Gallery Heist’s One Year show was a blowout of epic proportions. Rooms full of art, hot beats in the rooms, and an array of San Francisco’s best art talent mingling through the rooms.

Roman Koval caught up with gallery owner Julianne Yates the day before to get the lowdown on the new space and white life has been like in the first year of Gallery Heist.

Roman Koval: Your show is opening tomorrow. How much sleep have you gotten, how many meals a day have you been eating, and what is the average speed of your thoughts?

Julianne Yates: 0-4 hours a night. So hungry! Earlier this week an old veteran stopped into the new space and gave me one of his military rations. Western Style beans, chicken rib meat in chunky salsa, side of peanuts, and 1 power bar it lasted me 48 hours! My mind feels like the engine of an Audi R15 TDI at the 24 hour Le Mans.

Click the image above to view all the photos from the opening!

RK: What is the stress factor of running a small gallery in San Francisco? Does the frustration come mainly from the artists you work with, or with entities in the commodified art world?

JY: If by small you’re referring to square footage then the stressful part becomes a spatial issue. How to install/hang a group show with 20-30 artists and make the show look cohesive and good and continue to keep things fresh. If by small you mean being a young gallery in its infancy than I feel like often times it can be the equivalent to being a young offspring in the eye of its predator.
I am usually inspired by the artists I work with I learn something from each of them. Occasionally you get an artist who is a nightmare to work with but that just adds to the fun and excitement of running a gallery. It all makes for a good story in the end.

RK: How do you choose the artists you work with, especially for the anniversary show, which will represent your first year as a gallerist and curator, and what kind of relationship do you seek to build with the artists you represent?

JY: I feel like I don’t really choose the artists, its more their work choosing me. If I see something that captivates me I investigate the artist to see how committed they are to their artwork and how serious they are about their career. I put everything I have into running my gallery, I hustle and take it seriously. I expect the artists that I am showing to do the same. As far as aesthetics, I am drawn towards work that is technically sound and original as well as work that has a social or political narrative that provokes a conscious dialogue.

RK: Do you consider yourself an artist, and if so, how does that benefit your communication with those you represent?

JY: I think being an artist myself I understand the sensitivities of the individual. That sounds lame I know but its true. Having the perspective from both sides has been a great learning experience. It has solidified my idea that everyone is full of shit for the most part. (laughs) Seeing the business side of things has been discouraging at times, but that’s just the time we live in.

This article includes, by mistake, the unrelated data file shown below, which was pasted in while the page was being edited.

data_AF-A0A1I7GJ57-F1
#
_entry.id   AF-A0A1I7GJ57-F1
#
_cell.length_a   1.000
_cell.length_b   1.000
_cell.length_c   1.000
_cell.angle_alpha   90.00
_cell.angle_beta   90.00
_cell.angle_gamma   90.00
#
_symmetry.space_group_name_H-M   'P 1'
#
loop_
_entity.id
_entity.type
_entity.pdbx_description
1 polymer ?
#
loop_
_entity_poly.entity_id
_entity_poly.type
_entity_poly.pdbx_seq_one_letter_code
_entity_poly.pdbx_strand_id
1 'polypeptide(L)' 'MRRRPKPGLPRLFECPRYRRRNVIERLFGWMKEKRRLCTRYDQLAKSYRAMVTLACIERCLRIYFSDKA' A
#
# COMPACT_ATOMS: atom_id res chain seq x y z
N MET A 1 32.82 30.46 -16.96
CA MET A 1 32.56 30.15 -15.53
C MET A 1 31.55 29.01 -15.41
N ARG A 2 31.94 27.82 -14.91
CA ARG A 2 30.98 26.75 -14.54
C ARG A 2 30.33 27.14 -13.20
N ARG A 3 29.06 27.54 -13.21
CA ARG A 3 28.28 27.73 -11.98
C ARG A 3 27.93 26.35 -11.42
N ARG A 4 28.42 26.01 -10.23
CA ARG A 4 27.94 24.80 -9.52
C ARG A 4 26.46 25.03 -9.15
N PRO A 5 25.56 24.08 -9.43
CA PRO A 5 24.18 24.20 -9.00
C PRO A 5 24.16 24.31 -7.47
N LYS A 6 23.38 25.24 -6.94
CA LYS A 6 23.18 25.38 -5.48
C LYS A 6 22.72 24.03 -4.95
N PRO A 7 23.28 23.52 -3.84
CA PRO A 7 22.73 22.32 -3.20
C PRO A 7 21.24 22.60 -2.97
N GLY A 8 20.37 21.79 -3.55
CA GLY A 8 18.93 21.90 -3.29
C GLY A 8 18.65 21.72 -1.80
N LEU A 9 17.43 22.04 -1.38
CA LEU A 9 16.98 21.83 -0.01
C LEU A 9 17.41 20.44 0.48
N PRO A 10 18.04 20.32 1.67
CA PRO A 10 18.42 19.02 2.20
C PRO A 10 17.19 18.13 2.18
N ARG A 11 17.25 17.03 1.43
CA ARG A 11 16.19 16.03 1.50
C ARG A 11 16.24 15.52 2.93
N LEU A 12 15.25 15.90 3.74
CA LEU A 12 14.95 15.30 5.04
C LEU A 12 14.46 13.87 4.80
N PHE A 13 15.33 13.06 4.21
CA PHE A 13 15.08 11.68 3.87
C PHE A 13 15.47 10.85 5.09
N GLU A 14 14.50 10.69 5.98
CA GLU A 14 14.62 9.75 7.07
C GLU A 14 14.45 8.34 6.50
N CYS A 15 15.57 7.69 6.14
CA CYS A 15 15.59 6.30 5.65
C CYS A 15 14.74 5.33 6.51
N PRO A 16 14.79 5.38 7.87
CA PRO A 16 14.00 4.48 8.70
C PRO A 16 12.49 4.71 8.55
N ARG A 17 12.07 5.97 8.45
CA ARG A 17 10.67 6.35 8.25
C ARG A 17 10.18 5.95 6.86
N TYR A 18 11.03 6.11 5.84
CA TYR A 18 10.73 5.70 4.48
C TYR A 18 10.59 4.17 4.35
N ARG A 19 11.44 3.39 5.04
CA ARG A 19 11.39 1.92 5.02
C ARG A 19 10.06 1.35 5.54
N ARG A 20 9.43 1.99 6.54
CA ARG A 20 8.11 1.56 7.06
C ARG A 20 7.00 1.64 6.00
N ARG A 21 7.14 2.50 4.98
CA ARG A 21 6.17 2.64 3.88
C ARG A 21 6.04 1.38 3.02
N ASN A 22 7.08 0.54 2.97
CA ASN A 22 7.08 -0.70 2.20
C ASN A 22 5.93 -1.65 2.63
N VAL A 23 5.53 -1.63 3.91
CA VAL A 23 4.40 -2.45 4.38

RK: You seem to have an almost emotional connection to Gallery Heist, the space at 679 Geary; would you prefer to have a larger space as your permanent location, like the one you acquired for the anniversary show?

JY: Gallery Heist (679 Geary) was my first location, my first business, my first gallery. It represents so many things for me, everything I have created and have experienced in the last year. I would like to have more space to do larger shows with larger works but the space has been a great place to start and I am sure one day I will out grow it.

RK: How has the energy of San Francisco and its art communities fed your own drive? Any specific time when you felt like everyone was together reaching for a common goal, be it in music, poetry or art?

JY: If it wasn’t for the community of galleries and artists in San Francisco I wouldn’t be celebrating my 1 Year anniversary of Gallery Heist. I’m forever grateful for the amazing people that have inspired, encouraged and supported me this last year. Every opening every art event every conglomeration of creative individuals in the city has driven me forward.

RK: Do you feel like you’re in the right place? Did your expectations five years ago intertwine with the reality of now?

JY: Five years ago I was 19 living between Orange County and LA pursuing acting. I had imagined that by now I would have been an established actress. Which is maybe a selfish goal. As an actress I understand how crucial it is to have someone believe in you and push your work, like an agent or manager. I think every successful artist has had someone behind them and their work. Being a gallerist I have had the opportunity to push the work of the artists I believe in. In a year I have been able to affect the lives of so many people and become a part of their history. I hope to have a hand in furthering their careers and helping them achieve success.

RK: Any words of inspiration for the five year old that wakes up from his nap and thinks “I want to start an art gallery when I grow up”?

JY: Don’t rush to get grown, drive slow homie.

– By Roman Koval for

“Till Death Do Us Part”
Saturday November 13, 2010 – Saturday November 27, 2010
Opening Reception: Saturday October 9, 2010 | 7-11PM

Featured artists include; Brett Amory, Adam Caldwell, Seth Armstrong, Mario Wagner, David Choong Lee, Oliver Vernon, Sean Desmond, Mike Giant, Mike Kershner, Gaia, Adam Flores, Justin Lavato, Ryan De La Hoz, Henry Gunderson, Mario Ayala, Roman Koval, Adam Rozan, Maja Ruznic, Ludo, Doodles, Helen Bayly, Miso, Daryll Pierce, Debra Yoon, Allison Buxton, Garrison Buxton, Ezra and Bunnie Reise.

Photos by Michael Cuffe for